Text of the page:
A couple of days after the Malvern Autumn Show we visited a jewel of an autumn garden. We have visited this garden before but I could go back again and again. It is the The Picton Garden in Colwall near Malvern and it is home to a National Plant Collection. The plants in question are asters also known as Michaelmas Daisies. Obviously asters are very much the stars of this garden with more than 400 varieties but there are also many other late flowering perennials as well as shrubs and trees. After paying a modest entry fee of £2.50, visitors are handed a leaflet with a map and a planting plan of the individual garden areas. All the asters are labeled individually. Before leaving visitors have the opportunity to purchase plants at from the adjacent nursery which also supplies plants by mail order in spring. Here are few glimpses of the visual show that awaited us ~










Nurseryman Paul Picton has written a book ''The Gardener's Guide To Growing Asters" . I have not read this title but other books in the series are well written with plant information, ideas for planting combinations, advice on care and propagation plus excellent photographic illustrations.







I took the final photo at the allotment a week or so before visiting the Picton Garden. This aster is aster 'Little Carlow' and the butterfly is a comma. It is still flowering now and earlier this week a huge bee was having great fun tiptoeing over its flower heads gathering nectar.

Tuesday, 13 October 2009

A Grand Day Out

M IS FOR?



THE MAGIC OF THE MALVERN AUTUMN SHOW!

~ where a couple of weeks or so ago I had the pleasure of meeting up with Patient Gardener again. Himself sends his thanks to you Helen for sparing him the ordeal of looking at all those flowers and plants :) On arrival we made a beeline for the RHS Flower Show where we gazed and gawped at the impressive displays and plants ~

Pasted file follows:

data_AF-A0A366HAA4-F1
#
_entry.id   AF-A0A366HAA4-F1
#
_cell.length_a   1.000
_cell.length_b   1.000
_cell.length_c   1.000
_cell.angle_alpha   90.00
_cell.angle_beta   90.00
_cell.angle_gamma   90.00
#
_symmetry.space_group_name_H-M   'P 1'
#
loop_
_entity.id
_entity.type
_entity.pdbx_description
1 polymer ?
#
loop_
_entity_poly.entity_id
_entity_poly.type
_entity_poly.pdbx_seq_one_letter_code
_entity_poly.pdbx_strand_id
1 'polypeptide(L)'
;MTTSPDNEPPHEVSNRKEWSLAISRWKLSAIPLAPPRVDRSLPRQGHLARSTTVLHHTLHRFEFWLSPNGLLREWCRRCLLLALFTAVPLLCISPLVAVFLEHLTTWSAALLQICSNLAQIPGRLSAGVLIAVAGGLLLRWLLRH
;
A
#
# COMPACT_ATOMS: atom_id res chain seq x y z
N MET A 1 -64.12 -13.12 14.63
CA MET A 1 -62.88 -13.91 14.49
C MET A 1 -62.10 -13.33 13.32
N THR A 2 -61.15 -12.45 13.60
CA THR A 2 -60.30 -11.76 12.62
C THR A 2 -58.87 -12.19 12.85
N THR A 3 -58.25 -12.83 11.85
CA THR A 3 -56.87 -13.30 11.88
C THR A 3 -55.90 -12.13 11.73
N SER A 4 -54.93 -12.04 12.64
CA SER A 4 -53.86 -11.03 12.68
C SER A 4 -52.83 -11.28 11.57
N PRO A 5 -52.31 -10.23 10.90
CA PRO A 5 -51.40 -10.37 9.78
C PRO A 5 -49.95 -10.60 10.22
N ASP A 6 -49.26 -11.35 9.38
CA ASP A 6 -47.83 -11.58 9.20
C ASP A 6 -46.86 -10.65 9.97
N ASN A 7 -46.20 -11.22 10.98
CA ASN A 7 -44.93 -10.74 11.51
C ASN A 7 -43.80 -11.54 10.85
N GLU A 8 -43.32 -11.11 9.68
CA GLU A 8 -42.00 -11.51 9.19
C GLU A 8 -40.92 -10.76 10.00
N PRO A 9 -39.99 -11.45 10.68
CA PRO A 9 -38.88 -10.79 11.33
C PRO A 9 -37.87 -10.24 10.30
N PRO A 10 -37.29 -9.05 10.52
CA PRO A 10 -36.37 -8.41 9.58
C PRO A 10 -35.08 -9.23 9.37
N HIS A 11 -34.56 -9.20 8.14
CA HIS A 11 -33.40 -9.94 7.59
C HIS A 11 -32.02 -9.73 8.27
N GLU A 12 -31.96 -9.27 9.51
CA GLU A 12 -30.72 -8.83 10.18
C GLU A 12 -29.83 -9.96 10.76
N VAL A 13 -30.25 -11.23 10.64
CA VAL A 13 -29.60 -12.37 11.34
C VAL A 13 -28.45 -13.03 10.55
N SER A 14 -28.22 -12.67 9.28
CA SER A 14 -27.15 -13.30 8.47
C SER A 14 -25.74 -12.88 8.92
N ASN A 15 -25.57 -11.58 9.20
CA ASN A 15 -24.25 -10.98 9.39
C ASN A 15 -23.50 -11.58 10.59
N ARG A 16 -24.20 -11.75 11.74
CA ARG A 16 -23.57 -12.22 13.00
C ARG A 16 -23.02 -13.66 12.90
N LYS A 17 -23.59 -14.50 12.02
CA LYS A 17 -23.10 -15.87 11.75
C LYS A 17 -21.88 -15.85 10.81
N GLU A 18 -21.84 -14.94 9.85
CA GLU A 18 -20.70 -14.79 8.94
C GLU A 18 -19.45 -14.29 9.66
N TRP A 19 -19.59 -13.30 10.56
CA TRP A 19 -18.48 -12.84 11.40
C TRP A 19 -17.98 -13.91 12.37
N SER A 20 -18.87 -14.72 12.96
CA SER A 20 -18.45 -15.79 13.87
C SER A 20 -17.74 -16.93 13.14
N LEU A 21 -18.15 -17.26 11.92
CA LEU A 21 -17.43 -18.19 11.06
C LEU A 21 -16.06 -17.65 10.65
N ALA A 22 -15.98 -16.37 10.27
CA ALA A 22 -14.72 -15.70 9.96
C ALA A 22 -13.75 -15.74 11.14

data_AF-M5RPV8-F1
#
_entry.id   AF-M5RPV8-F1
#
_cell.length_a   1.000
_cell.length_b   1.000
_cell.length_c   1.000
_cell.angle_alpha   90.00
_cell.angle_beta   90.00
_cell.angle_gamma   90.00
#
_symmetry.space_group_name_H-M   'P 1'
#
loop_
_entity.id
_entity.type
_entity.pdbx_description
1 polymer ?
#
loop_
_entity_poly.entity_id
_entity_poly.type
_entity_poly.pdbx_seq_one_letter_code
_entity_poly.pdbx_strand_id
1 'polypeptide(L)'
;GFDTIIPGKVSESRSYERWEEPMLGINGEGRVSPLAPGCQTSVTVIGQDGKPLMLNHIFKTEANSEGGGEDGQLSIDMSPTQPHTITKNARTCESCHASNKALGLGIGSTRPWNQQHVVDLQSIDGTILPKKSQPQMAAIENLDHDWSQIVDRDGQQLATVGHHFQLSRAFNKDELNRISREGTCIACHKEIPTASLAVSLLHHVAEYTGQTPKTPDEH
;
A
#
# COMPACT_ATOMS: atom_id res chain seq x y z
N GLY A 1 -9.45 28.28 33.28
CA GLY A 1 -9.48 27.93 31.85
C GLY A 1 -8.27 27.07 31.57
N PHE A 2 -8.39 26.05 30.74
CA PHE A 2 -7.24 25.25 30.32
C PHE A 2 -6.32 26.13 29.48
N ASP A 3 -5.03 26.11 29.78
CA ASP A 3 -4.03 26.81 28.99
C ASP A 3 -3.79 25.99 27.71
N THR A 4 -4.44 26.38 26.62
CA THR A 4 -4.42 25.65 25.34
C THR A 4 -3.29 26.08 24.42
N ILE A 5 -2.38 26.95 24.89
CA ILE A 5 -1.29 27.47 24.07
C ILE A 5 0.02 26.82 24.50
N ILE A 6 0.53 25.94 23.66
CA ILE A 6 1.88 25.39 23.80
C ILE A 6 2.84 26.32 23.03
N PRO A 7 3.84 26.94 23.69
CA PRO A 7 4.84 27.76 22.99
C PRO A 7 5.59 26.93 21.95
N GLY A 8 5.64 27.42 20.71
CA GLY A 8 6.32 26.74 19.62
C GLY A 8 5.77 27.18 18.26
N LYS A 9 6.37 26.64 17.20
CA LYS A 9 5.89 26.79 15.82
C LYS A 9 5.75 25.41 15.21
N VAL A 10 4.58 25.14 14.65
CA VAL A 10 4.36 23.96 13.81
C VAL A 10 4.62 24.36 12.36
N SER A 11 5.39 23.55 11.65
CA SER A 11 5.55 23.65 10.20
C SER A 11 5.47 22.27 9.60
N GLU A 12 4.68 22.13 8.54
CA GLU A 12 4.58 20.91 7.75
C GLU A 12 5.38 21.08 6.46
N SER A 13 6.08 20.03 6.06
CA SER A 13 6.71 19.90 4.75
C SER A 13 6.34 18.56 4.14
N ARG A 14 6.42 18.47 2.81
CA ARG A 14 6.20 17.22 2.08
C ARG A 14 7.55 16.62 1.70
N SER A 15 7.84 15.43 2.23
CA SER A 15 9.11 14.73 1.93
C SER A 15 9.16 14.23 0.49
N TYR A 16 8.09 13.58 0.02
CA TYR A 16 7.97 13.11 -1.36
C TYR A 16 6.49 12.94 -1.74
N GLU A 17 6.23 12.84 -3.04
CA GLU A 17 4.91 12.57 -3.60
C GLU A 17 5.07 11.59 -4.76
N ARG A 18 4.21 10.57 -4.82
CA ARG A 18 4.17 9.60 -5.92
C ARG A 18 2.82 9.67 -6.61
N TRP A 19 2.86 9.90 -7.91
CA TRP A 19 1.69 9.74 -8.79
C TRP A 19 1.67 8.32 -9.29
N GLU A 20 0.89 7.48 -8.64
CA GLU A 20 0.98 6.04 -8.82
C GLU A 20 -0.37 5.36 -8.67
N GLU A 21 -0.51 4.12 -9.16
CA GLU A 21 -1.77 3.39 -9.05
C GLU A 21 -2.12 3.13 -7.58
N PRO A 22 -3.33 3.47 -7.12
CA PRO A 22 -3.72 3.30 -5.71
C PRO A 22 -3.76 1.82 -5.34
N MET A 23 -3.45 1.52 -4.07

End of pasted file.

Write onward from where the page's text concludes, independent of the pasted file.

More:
On to the Harvest Pavillion and its seasonal celebration of all sorts of vegetables, herbs, fruit and flowers all grown by amateur gardeners. Here we came across the weird and wonderful ~





the bright and cheerful ~





and the most artistic displays of perfect home grown vegetables - not a blemish or slug nibble on them. How do they do it ? ~



Later in the day I met up with himself and we spent the afternoon strolling about the showground in glorious autumn sunshine. There were all sorts of stalls, activities and displays - something for everyone ~

For the romantic soul ~



For the little people - a bijou caravan with lift up roof ~



For those who like their machines ~



and yet more marvellous veg ~




To round up the day an ice cream and a quick final whizz round the flower show, where I made one or two more purchases to add to the ones made earlier. Will 'fess up soon. A grand day out - my feet have more or less recovered and I hope to return for the spring show in 2010.

Move over to ABC Wednesday for more marvellous missives on the letter M.

Monday, 12 October 2009

A Walled Garden



I have always fantasized about having a walled garden. During the last week of September I was able to live the dream briefly, when we had a holiday in a dinky little cottage in the village of Hanley Swan, near Malvern. The cottage was the annex of a larger house complete with its own walled garden which visitors were able to sit out in, wonder round and enjoy.

The vase of garden flowers was on the living room window sill when we arrived. Its contents looked just as fresh a week later. I was most taken with the flower with refluxed petals. Initially I thought this might be a rudbeckia but was not sure which one. I asked the owner during the week to be told it was in fact helenium "Sahin's Early Flowerer". I was delighted to be offered a plant of this to take home with me.

Directly underneath the living room window a most softly sounding water feature ~



Just round the corner on the left a sitting out area for visitors - the feet belong to himself ~




More views down the garden ~











Now dropping hints of a return visit in spring but not getting far - it's back to the campervan methinks for the Malvern Spring Show. The walled garden remains top of the wish list should we ever win the lottery.